For years, the battered 9,500-year-old Jericho Skull has been one of the British Museum's most chilling exhibits -- as well as its oldest portrait.
Decorated with plaster in a Neolithic ritual, it was of seven discovered by eminent British archaeologist Kathleen Kenyon more than 60 years ago in Jericho, West Bank, one of the world's oldest cities.
Now visitors are coming face to face with the man behind the plaster mask, after an extraordinary reconstruction effort that combined forensic science and the latest technology.
His features are so modern, he would not look out of place in a crowd today.
"He does look very modern, [but] these were modern humans living at Jericho," says Alexandra Fletcher, the museum's Raymond and Beverly Sackler Curator for the Ancient Near East, who has studied the skull for years.
"People get these ideas about hairy cavemen. That's not it at all. These are modern human populations, just like you and me."
A face with character
Until now, the plaster covering made it difficult to find out much about the real person underneath without doing irreversible damage to it. The cranium had also been packed with soil to stop the bone from collapsing under the weight of the plaster, rendering earlier attempts at X-raying the skull ineffective.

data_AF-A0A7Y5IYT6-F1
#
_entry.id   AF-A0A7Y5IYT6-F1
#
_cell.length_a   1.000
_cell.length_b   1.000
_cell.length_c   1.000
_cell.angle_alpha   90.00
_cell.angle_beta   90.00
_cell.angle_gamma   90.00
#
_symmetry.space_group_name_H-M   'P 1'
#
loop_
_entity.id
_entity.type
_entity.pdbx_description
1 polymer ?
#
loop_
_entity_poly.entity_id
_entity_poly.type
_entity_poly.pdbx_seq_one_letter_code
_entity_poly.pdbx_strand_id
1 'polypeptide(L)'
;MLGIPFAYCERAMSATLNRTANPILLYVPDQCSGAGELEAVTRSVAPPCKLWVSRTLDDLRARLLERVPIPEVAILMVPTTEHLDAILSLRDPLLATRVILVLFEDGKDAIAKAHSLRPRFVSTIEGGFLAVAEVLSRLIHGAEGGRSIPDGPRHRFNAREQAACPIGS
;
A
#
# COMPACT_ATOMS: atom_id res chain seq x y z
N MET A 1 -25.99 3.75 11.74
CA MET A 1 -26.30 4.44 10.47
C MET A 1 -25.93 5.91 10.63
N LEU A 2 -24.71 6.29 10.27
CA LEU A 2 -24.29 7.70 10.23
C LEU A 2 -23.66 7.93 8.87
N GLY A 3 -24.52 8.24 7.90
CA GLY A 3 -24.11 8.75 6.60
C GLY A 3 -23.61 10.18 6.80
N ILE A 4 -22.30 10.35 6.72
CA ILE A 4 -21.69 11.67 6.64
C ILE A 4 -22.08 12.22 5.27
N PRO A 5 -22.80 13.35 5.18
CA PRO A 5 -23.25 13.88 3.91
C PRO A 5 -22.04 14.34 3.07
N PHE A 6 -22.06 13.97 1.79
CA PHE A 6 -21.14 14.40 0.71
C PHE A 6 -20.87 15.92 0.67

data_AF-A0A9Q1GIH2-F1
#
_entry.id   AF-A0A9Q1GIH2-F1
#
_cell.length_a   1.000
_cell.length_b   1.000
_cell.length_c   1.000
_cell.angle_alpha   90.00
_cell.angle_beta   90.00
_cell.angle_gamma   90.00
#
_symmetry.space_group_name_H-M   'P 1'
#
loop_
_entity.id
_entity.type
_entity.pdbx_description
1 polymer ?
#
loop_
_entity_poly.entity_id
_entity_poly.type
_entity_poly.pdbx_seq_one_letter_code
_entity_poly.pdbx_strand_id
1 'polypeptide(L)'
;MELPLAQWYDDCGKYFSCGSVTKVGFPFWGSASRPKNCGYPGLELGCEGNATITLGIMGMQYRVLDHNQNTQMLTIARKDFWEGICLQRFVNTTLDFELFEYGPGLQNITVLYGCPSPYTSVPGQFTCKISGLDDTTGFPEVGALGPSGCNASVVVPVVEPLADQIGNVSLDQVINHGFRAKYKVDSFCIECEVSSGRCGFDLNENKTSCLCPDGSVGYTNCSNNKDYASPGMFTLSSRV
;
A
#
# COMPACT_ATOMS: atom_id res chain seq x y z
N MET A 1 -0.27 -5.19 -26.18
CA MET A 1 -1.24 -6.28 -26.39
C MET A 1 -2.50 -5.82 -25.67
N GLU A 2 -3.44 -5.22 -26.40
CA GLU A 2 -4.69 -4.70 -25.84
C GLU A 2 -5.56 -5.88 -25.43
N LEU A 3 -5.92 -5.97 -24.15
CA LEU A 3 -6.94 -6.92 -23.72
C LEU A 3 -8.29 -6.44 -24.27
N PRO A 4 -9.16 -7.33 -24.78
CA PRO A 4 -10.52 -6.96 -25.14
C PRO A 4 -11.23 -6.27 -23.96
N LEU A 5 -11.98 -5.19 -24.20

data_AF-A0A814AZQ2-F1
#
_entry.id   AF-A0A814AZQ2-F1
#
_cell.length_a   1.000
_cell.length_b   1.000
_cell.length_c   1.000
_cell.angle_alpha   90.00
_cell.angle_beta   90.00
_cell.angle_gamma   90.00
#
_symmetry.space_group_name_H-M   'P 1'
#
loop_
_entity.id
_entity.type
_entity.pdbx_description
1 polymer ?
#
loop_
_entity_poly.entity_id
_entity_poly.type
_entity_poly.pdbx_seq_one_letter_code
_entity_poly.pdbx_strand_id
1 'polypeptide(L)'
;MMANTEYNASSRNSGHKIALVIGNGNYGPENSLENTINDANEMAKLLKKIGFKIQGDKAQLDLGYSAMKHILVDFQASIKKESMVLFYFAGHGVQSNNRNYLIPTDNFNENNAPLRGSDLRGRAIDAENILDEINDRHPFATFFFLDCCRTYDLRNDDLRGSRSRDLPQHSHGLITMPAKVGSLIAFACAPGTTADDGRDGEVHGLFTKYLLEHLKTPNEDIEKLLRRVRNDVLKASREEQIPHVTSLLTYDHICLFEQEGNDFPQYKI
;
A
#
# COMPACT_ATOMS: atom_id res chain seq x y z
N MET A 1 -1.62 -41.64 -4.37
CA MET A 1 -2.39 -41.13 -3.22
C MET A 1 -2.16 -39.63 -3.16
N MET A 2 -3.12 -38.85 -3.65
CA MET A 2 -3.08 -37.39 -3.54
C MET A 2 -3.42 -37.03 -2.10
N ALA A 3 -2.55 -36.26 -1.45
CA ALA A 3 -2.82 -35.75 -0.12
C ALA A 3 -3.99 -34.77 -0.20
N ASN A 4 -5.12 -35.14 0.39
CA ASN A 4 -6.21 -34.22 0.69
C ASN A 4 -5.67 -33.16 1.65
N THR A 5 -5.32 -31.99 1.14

The reconstruction combined forensic science and the latest technology in a major collaboration with the Natural History Museum, Imperial College and the Charing Cross Hospital.
Micro-CT scanning and 3D printing were used to extract a model of the skull from underneath the plaster face, revealing details that could not be seen until now, including broken and rotting teeth, and severe abscesses that suggest he endured acute pain.
His teeth help to confirm that he was over 40 when he died -- a ripe age in his day.
An injury above his eye shows that his head had been so tightly bound in infancy that it permanently changed its shape. The man had also suffered a broken nose during his adult life, though it had healed before his death.
"He does look like he could handle himself, partly because of that broken nose," Fletcher jokes. "The fact that he had toothache makes him more human."
'A direct window into the past'
Fletcher believes the plaster skulls may be linked to the Neolithic worship of ancestors, but admits that no one can be quite sure.
"The real problem with dealing with deep history like this is that we can never be certain what was going on. So everything comes with a 'probably' and a 'maybe,'" Fletcher says.
The face of the Jericho Skull was re-built in clay, mucle by muscle. Credit: Copyright Trustees of the British Museum. Photo by RN-DS partnership
"It's easy to dismiss the reconstruction as artistic and interpretative. But it originally came out of work with the police to identify unknown human remains. So we know that, if we could travel in time and bring his family into the room, they would recognize him."
When she saw his reconstructed features for the first time, she found herself welling up.
"Suddenly I get to see what he looked like... It's silly to get emotional, but you invest a lot of yourself in this kind of work. It was incredibly rewarding to see his face."
She adds: "We are getting a direct window into the past."
"Creating an Ancestor: The Jericho Skull"
is on view at the British Museum in London until February 19, 2017.